Bcl11b sets pro-T cell fate by site-specific cofactor recruitment and by repressing Id2 and Zbtb16
Research output: Contribution to journal › Article
Multipotent progenitor cells confirm their T cell–lineage identity in the CD4–CD8– double-negative (DN) pro-T cell DN2 stages, when expression of the essential transcription factor Bcl11b begins. In vivo and in vitro stage-specific deletions globally identified Bcl11b-controlled target genes in pro-T cells. Proteomics analysis revealed that Bcl11b associated with multiple cofactors and that its direct action was needed to recruit those cofactors to selective target sites. Regions near functionally regulated target genes showed enrichment for those sites of Bcl11b-dependent recruitment of cofactors, and deletion of individual cofactors relieved the repression of many genes normally repressed by Bcl11b. Runx1 collaborated with Bcl11b most frequently for both activation and repression. In parallel, Bcl11b indirectly regulated a subset of target genes by a gene network circuit via the transcription inhibitor Id2 (encoded by Id2) and transcription factor PLZF (encoded by Zbtb16); Id2 and Zbtb16 were directly repressed by Bcl11b, and Id2 and PLZF controlled distinct alternative programs. Thus, our study defines the molecular basis of direct and indirect Bcl11b actions that promote T cell identity and block alternative potentials.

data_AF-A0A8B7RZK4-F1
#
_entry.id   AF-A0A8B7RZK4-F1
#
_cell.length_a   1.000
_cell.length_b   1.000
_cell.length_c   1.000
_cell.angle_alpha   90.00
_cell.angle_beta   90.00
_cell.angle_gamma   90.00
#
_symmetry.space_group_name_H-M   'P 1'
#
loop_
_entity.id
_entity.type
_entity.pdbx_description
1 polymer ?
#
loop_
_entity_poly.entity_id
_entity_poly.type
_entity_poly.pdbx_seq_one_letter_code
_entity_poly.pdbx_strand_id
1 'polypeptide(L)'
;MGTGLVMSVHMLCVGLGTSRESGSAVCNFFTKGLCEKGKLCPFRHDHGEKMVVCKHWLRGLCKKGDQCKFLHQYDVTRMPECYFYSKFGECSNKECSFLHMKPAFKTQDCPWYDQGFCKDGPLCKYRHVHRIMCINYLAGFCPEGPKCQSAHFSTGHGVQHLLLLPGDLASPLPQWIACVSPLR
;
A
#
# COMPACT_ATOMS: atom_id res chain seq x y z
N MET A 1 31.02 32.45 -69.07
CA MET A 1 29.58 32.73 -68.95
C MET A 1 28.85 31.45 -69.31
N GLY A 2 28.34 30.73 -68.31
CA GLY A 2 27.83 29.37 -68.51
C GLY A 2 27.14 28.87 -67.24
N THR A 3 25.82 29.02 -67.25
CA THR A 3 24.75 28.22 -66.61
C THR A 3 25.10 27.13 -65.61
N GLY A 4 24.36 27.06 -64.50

|Research areas and keywords||
Subject classification (UKÄ) – MANDATORY
|Number of pages||14|
|Publication status||Published - 2018|